Fun new technologies

(September 14, 2018)

Keep letting this slide, but I'll try and keep at it.

I've been messing about with a new thing this year (I mean it's not too new), but it's called Koa. It's similar to express, which I used a tiny bit a few years ago.

It's async, like everything I've been doing with React recently and you compose the application out of middleware.

I've been using it as an API server which has been pretty good, it's easy to get started and running with it. I honestly don't have anything bad to say about it (maybe I haven't used it enough?)

I've been building a little project called TTPB with it (I'll explain more one day soon), using Koa, Typescript and React. I've chosen this time to avoid Redux, as at work a few things got a bit needlessly complicated for what they were. Redux has it's place but in something this small it's not necessary.

Typescript is a joy: no more am I dealing with accidentally fudging my conditionals with type coercion by accident and sitting puzzled. To be fair though, I haven't been doing that as much since forcing myself to use triple equality checks as much as possible.

BUT HEY, YA GET TYPE SAFETY AT COMPILE TIME! There have been a few moments where I've been a bit frustrated with it, but I've needed to change a few settings. I had some issues with some components and export default or something like that (I don't remember now it was minor).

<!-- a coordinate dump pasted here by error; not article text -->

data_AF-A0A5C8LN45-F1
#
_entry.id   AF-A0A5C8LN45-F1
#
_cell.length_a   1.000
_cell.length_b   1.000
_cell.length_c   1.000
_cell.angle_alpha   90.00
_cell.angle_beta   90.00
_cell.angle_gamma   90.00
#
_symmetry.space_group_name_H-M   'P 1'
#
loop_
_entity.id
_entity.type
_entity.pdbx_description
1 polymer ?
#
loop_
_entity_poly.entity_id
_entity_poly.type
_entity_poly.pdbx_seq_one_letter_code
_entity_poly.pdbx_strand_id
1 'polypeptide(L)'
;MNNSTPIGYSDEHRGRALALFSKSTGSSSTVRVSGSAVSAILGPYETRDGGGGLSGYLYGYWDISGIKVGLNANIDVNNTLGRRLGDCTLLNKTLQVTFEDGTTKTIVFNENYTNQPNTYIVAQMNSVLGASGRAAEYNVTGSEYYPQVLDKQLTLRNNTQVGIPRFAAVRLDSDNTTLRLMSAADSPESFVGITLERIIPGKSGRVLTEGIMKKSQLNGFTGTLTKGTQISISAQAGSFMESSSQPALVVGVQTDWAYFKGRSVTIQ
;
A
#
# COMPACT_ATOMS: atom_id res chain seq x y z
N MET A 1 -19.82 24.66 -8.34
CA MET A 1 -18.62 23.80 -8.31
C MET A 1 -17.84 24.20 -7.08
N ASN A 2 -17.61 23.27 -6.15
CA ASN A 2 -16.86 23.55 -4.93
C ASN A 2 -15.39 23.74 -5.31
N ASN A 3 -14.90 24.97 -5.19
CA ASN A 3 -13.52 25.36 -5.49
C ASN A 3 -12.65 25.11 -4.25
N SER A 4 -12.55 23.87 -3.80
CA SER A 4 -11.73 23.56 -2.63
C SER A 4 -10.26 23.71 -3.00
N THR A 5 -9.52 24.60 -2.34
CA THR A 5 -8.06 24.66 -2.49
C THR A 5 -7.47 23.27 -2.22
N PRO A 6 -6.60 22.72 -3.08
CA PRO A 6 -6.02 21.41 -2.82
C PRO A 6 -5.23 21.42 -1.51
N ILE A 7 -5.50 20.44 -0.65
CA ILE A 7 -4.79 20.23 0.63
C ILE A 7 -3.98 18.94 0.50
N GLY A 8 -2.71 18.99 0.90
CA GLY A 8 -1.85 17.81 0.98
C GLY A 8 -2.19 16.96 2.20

Working with React is the same old, but I did find a fun little thing: It's called Formik and where I was dreading having to worry about form error messages, submission and writing a whole boatload of logic (which I've already written at work for some things), I could just pull this in and bam most of it was done better than what I had previously written. It makes adding new inputs a breeze, and working with it is super easy.

I did look into Redux-Form, but as mentioned previously I was trying to steer clear of it (Redux) for this project.

You can find Formik here.

You can also (as you'll find out if you visit Formik) combine it with this neat thing called Yup and get client side errors straight away. It's based off of Joi and I ended up using them both for validating stuff going into the form, and then stuff going to the API (using a neat piece of middleware I wrote! Huzzah for the Javascript age).

I'm kinda itching to try more of these things, I wanna see what Hapi is like but I really don't have time at the moment (I've just moved! (god I use brackets so much (jeez)))